To an extent, but one of the problems I see with the laws currently is that end websites are not under net neutrality laws either. That seems like something we need not worry about but look at Netflix with their required peering rules, which is using the net neutrality rules to force ISP's to pay to use their specified peers or they will intentionally downgrade end users experience... which seems like something the net neutrality laws were put in place to prevent. The big content providers are doing just what you said "you'll only get into the routing tables if you're in the club" and there are no laws against it. The fact that websites are saying to ISP's, pay up to peer with us or we will make your customer's experience worse is rather is just as bad as ISP's doing it.
No surprise really,
its the same with apps, the guys wearing the suits usually win.
What is sort of surprising that we still have an internet.
Verizon has argued that the FCC [...] is violating the telco's right to free speech [...].
Such fucking arrogance; it would be a stroke of jurisprudential genius to dismiss the case for that statement alone. Violating its right to free speech? Hardly; more like it (the FCC) is "violating" the telco's right to extort basically anybody with a web presence for access to its customer base.
Last I heard, extortion (and its bigger sibling, racketeering) is still a crime on the west side of the pond. (Unless, I guess, you happen to be some fatass corporation, in which case the rules for the landed gentry apply....)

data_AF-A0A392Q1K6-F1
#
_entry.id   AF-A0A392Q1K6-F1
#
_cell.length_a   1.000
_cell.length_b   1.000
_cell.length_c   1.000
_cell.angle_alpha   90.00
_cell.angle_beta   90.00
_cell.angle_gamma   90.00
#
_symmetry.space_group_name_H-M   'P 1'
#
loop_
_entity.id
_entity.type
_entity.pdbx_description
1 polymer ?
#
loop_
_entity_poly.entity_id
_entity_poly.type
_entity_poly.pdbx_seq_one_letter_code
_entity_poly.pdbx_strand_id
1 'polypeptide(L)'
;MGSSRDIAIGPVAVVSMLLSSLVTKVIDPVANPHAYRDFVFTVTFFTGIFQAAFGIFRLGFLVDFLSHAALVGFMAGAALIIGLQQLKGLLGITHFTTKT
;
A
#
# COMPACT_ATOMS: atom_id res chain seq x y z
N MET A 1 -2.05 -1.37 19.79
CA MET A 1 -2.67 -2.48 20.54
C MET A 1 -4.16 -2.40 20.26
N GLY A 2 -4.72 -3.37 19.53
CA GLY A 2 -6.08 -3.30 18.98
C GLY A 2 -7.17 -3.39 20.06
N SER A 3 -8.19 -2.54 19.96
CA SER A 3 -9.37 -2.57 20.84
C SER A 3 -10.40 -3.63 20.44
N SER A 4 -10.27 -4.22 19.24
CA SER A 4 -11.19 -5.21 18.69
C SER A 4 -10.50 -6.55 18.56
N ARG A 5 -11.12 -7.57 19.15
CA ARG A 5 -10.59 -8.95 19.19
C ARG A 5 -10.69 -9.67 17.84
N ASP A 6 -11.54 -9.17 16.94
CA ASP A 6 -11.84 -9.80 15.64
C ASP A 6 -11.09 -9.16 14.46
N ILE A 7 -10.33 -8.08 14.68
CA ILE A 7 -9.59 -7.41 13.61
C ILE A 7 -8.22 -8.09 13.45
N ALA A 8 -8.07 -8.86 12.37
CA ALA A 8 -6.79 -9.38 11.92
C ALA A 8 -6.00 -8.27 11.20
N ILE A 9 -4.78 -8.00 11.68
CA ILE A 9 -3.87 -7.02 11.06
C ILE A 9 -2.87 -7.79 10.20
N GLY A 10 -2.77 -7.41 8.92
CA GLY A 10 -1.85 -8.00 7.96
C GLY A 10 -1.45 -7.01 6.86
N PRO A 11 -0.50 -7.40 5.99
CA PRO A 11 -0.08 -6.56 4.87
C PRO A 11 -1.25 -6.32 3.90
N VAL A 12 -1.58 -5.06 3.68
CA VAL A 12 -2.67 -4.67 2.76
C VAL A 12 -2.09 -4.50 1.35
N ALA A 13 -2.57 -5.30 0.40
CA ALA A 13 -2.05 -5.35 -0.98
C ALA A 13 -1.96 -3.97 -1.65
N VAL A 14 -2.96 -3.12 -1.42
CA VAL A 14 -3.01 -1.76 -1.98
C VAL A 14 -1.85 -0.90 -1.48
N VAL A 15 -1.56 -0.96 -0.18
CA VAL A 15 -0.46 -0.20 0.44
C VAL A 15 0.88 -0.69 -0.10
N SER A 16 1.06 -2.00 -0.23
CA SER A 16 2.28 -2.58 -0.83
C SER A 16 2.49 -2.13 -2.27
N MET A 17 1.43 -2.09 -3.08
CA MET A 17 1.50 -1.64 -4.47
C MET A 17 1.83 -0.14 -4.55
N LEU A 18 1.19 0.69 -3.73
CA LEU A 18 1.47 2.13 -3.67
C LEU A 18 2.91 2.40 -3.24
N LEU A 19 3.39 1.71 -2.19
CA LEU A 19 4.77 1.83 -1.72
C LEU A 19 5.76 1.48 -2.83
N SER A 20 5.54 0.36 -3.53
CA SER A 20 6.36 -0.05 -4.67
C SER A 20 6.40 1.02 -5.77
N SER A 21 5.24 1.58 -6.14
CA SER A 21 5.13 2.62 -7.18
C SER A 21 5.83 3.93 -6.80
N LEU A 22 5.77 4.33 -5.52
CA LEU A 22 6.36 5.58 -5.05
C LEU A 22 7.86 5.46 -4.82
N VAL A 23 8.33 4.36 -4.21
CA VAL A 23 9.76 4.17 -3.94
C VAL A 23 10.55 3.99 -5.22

What about the "FREE" speech of the web sites that cannot pay?
I pay the ISP to deliver content at XMb.
Now as far as I am concerned that means they delver the "internet" at the agreed price and agreed speed.
If the need / want to charge me more, fine tell me the price and I will see if it matches to what I want.
Hang on.....when they choose FREELY to become an ISP, did they not sign up to delivering the internet in a neutral way?
That is classic American fundie/neocon rhetoric right there. Their inability to oppress me is somehow violating their fundemental liberties.
It's MY speech that we're talking about here. It's not Verizon's. Verizon wants to interfere with MY speech. That's THEIR idea of "free speech".
" Hardly; more like it (the FCC) is "violating" the telco's right to extort basically anybody with a web presence for access to its customer base."
Or, it's much the same as me choosing to pay the Post Office for standard, three day delivery of my parcel or paying extra to have it delivered the next morning. It's not extortion - I'm making an informed, commercial choice. My paying more for next day delivery doesn't harm or hamper the standard service.
What right has the government to make it illegal for me to freely enter into a commercial arrangement to buy a service that's better than whatever the standard offering is?
Freedom of speech is != freedom to be heard. At the same time if I want to hear some thing who are they to tell me when, how ,what and were I can hear it. Quiet frankly I don't want to hear Verizons BS. Freedom of speech!= freedom to censor.
Last I heard, extortion (and its bigger sibling, racketeering) is still a crime on the west side of the pond.
Al Capone in flashy suits was a bit before his time; his business model clashed with the powers-that-be. Reincarnated, still in flashy suits, he lobbies Government and runs a respectable US ISP. And now a model of respectability.
...Meanwhile on the pond's west side, Webster redefined racketeering as "Normal business practice pertaining to US ISPs and telcos."